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July 12, 2006

Comments

tamarika

Karen,
I think there are times when you do have to eject the person from your life - even if they are family. If they are so firmly set in their ways and it is impossible to unhinge. Of course, ideally, it would be to detach (or unhinge as I like to think of it) and to pull oneself emotionally out of the dance without breaking off the relationship. However, sometimes one's mental health is more important than relationship at all cost - family member or not. Thanks so much for stopping by my site and sharing your comments here. Much appreciated.

Yes, Richard, I like to think of it as learning an emotional tai chi. What a beautiful image.
And I so agree with both you and Brenda that the danger or difficulty is dragging that style of interacting into other relationships and perpetuating the cycle. For example, I watch that closely with my son and I. Fortunately he is such an aware person and understands human emotions so well, he is always helping me with that.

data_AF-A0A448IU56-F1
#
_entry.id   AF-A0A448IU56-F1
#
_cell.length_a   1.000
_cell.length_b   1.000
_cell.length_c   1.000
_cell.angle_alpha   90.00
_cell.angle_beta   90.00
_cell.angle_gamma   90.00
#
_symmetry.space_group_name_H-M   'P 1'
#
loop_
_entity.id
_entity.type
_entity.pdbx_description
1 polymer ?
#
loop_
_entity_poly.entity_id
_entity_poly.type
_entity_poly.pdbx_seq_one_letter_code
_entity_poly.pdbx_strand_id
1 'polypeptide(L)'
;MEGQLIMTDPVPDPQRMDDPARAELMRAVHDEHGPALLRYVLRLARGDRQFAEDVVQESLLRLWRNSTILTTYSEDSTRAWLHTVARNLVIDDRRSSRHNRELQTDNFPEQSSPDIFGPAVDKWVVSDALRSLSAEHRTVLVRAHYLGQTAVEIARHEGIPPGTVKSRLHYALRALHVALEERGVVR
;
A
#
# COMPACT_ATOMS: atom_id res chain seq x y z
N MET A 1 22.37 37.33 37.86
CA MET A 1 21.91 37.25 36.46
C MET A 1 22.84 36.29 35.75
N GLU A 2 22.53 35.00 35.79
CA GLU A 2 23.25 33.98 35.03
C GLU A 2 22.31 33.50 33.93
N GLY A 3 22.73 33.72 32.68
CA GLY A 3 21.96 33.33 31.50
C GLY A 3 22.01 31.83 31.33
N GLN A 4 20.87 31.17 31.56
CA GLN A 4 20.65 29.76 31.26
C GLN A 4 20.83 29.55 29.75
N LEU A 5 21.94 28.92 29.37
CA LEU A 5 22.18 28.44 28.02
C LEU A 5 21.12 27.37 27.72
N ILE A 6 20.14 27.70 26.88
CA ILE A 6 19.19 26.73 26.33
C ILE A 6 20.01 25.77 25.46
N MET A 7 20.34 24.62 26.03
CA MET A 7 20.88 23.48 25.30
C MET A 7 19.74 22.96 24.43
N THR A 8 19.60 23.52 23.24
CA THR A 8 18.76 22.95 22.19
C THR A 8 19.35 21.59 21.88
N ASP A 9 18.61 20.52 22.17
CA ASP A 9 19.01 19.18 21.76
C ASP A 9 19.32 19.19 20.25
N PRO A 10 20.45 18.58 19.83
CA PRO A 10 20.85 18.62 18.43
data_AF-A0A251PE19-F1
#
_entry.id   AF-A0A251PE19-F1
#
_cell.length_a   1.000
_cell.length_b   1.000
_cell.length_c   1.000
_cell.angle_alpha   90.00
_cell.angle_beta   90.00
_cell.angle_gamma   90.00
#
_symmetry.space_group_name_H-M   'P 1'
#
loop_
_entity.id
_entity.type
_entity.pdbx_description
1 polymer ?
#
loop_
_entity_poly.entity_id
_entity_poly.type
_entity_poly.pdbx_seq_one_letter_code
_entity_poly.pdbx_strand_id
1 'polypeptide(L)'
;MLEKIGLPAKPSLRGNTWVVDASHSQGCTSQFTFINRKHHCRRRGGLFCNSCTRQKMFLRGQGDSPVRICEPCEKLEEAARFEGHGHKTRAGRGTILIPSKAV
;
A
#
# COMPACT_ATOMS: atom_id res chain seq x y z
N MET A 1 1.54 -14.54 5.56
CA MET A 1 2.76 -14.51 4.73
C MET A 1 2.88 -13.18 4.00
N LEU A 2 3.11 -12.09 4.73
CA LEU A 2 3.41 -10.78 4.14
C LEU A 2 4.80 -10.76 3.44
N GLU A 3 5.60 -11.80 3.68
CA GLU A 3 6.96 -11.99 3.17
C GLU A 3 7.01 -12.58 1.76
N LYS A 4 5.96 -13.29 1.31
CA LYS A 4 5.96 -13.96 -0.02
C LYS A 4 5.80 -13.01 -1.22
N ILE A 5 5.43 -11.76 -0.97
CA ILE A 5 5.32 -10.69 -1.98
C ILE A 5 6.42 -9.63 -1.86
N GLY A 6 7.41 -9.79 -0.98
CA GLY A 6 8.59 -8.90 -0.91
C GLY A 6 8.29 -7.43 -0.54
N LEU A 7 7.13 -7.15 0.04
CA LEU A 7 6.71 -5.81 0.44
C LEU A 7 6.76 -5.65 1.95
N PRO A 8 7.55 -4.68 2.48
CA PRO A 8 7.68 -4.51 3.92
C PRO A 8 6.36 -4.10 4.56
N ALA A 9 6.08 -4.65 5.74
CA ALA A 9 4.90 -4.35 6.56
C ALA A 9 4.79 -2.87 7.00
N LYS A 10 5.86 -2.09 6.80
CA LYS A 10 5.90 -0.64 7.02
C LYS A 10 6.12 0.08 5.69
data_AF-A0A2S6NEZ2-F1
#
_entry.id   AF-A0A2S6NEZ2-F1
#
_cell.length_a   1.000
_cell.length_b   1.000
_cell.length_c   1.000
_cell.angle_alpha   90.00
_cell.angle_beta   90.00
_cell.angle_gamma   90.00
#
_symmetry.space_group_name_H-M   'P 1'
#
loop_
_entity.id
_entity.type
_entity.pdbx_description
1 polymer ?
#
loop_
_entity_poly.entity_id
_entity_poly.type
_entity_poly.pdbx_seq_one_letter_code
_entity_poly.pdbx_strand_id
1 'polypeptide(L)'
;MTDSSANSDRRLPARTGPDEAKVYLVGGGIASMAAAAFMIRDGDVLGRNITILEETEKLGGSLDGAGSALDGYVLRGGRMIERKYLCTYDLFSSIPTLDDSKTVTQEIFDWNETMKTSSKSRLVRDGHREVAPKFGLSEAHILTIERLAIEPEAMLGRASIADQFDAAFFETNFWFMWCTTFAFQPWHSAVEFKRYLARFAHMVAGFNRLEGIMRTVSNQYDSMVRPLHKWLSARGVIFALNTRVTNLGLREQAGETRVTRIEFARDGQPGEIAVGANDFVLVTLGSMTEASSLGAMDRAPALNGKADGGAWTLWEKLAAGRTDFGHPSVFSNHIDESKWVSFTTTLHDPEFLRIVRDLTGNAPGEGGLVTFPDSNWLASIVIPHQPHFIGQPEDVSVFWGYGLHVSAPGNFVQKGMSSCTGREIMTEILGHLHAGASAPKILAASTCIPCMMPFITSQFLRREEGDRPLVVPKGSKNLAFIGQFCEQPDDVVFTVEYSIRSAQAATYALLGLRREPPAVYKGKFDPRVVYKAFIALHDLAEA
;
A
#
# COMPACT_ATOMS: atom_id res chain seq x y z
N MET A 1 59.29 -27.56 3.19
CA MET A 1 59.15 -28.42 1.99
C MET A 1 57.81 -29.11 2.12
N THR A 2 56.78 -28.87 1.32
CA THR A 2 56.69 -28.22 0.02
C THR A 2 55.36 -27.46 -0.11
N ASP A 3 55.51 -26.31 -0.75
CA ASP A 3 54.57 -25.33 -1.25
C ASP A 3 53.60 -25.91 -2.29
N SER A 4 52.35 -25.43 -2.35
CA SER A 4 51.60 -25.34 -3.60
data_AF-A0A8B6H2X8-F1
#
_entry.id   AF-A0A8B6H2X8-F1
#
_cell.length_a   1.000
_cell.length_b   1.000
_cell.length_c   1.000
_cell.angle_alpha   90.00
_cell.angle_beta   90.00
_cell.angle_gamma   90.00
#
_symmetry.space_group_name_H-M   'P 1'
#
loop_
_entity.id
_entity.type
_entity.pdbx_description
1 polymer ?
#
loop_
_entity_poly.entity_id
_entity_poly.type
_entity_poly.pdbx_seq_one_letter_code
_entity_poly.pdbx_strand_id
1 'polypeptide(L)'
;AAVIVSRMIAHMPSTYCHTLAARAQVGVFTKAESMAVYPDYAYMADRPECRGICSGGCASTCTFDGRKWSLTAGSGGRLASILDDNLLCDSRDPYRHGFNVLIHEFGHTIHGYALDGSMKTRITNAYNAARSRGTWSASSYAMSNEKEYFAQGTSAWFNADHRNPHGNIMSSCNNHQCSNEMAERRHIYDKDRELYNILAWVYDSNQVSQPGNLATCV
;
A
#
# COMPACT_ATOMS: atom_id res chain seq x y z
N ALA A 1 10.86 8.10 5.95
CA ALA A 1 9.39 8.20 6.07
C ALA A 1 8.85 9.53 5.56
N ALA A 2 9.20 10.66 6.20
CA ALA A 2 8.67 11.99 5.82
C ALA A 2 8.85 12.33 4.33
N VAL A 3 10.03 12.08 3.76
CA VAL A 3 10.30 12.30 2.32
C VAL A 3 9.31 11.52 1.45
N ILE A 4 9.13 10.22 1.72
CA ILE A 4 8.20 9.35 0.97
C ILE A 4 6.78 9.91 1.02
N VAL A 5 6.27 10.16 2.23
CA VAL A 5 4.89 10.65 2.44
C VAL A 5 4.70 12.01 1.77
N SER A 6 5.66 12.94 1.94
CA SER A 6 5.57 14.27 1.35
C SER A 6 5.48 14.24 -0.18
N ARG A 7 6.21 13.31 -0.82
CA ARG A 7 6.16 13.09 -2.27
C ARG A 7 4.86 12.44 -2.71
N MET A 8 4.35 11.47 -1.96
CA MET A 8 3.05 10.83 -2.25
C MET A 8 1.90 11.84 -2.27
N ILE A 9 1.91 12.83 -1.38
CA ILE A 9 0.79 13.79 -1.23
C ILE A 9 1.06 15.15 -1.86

Mary, the moving on unmoved is, indeed, the hardest part, I believe. And I think laughing at the absurdity of the bind is life saving, actually.

Karen

Sometimes I'll open a book of meditations at a random point and, more often than not, my finger bookmarks what I need to work on at that moment.

It's like that for me with your blog. This post is like lookin' in a freaking mirror -- right down to what your therapist told you!

So, obviously one can't change the person who puts you in a double bind. Unless it's a parent, do you eject that person from your life?

MB

Tamar, thank you for such clarity. And brava, for such courage!

Richard Lawrence Cohen

It's so difficult to learn the emotional tai chi of stating one's feelings clearly and simply, of walking out of the double bind and leaving it nothing to hook you with. And, as Brenda said, of not passing the double bind along to others. Thank you for this wonderful post, Tamar, and to the wonderful commenters.

tamarika

Thank you so much for all your comments. Please forgive me ... I am too sad right now to reply. I will, though in a day or too.

Tearfully.

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